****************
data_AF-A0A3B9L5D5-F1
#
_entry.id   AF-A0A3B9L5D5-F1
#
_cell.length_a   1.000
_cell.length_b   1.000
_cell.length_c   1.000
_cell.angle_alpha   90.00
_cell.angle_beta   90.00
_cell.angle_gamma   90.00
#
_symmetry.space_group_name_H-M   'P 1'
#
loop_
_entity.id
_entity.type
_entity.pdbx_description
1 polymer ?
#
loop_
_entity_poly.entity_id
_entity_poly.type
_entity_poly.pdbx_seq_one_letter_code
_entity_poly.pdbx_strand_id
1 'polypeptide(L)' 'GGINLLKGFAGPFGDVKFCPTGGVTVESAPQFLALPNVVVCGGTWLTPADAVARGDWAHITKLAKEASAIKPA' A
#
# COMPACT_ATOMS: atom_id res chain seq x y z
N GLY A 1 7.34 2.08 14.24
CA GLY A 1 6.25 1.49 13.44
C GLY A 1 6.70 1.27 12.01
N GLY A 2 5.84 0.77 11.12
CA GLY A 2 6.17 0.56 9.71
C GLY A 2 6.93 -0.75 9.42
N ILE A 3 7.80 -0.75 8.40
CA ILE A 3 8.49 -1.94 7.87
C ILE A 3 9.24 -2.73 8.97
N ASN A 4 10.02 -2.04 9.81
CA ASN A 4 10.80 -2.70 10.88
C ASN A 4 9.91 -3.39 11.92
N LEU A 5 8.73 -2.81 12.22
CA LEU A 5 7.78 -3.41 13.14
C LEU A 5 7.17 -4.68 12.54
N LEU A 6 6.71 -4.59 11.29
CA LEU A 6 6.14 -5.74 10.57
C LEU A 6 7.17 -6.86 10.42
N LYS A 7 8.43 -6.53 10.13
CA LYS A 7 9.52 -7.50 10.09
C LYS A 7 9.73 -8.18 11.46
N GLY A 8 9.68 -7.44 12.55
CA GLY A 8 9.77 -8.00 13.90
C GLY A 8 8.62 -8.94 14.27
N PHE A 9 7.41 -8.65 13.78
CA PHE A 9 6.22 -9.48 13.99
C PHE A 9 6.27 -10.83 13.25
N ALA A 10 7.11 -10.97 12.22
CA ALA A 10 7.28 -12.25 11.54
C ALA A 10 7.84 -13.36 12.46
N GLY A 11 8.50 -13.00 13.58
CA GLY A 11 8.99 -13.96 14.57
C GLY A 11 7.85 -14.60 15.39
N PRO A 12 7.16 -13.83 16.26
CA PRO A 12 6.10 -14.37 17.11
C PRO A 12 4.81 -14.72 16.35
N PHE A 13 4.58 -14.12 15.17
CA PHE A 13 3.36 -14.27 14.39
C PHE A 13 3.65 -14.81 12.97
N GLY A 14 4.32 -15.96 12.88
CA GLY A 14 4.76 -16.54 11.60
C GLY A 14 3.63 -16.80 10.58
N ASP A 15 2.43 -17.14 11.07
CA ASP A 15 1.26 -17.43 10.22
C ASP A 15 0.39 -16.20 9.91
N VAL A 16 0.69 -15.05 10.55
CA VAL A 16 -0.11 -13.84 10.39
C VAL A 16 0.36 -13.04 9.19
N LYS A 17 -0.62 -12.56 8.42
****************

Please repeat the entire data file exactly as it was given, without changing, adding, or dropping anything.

data_AF-A0A3B9L5D5-F1
#
_entry.id   AF-A0A3B9L5D5-F1
#
_cell.length_a   1.000
_cell.length_b   1.000
_cell.length_c   1.000
_cell.angle_alpha   90.00
_cell.angle_beta   90.00
_cell.angle_gamma   90.00
#
_symmetry.space_group_name_H-M   'P 1'
#
loop_
_entity.id
_entity.type
_entity.pdbx_description
1 polymer ?
#
loop_
_entity_poly.entity_id
_entity_poly.type
_entity_poly.pdbx_seq_one_letter_code
_entity_poly.pdbx_strand_id
1 'polypeptide(L)' 'GGINLLKGFAGPFGDVKFCPTGGVTVESAPQFLALPNVVVCGGTWLTPADAVARGDWAHITKLAKEASAIKPA' A
#
# COMPACT_ATOMS: atom_id res chain seq x y z
N GLY A 1 7.34 2.08 14.24
CA GLY A 1 6.25 1.49 13.44
C GLY A 1 6.70 1.27 12.01
N GLY A 2 5.84 0.77 11.12
CA GLY A 2 6.17 0.56 9.71
C GLY A 2 6.93 -0.75 9.42
N ILE A 3 7.80 -0.75 8.40
CA ILE A 3 8.49 -1.94 7.87
C ILE A 3 9.24 -2.73 8.97
N ASN A 4 10.02 -2.04 9.81
CA ASN A 4 10.80 -2.70 10.88
C ASN A 4 9.91 -3.39 11.92
N LEU A 5 8.73 -2.81 12.22
CA LEU A 5 7.78 -3.41 13.14
C LEU A 5 7.17 -4.68 12.54
N LEU A 6 6.71 -4.59 11.29
CA LEU A 6 6.14 -5.74 10.57
C LEU A 6 7.17 -6.86 10.42
N LYS A 7 8.43 -6.53 10.13
CA LYS A 7 9.52 -7.50 10.09
C LYS A 7 9.73 -8.18 11.46
N GLY A 8 9.68 -7.44 12.55
CA GLY A 8 9.77 -8.00 13.90
C GLY A 8 8.62 -8.94 14.27
N PHE A 9 7.41 -8.65 13.78
CA PHE A 9 6.22 -9.48 13.99
C PHE A 9 6.27 -10.83 13.25
N ALA A 10 7.11 -10.97 12.22
CA ALA A 10 7.28 -12.25 11.54
C ALA A 10 7.84 -13.36 12.46
N GLY A 11 8.50 -13.00 13.58
CA GLY A 11 8.99 -13.96 14.57
C GLY A 11 7.85 -14.60 15.39
N PRO A 12 7.16 -13.83 16.26
CA PRO A 12 6.10 -14.37 17.11
C PRO A 12 4.81 -14.72 16.35
N PHE A 13 4.58 -14.12 15.17
CA PHE A 13 3.36 -14.27 14.39
C PHE A 13 3.65 -14.81 12.97
N GLY A 14 4.32 -15.96 12.88
CA GLY A 14 4.76 -16.54 11.60
C GLY A 14 3.63 -16.80 10.58
N ASP A 15 2.43 -17.14 11.07
CA ASP A 15 1.26 -17.43 10.22
C ASP A 15 0.39 -16.20 9.91
N VAL A 16 0.69 -15.05 10.55
CA VAL A 16 -0.11 -13.84 10.39
C VAL A 16 0.36 -13.04 9.19
N LYS A 17 -0.62 -12.56 8.42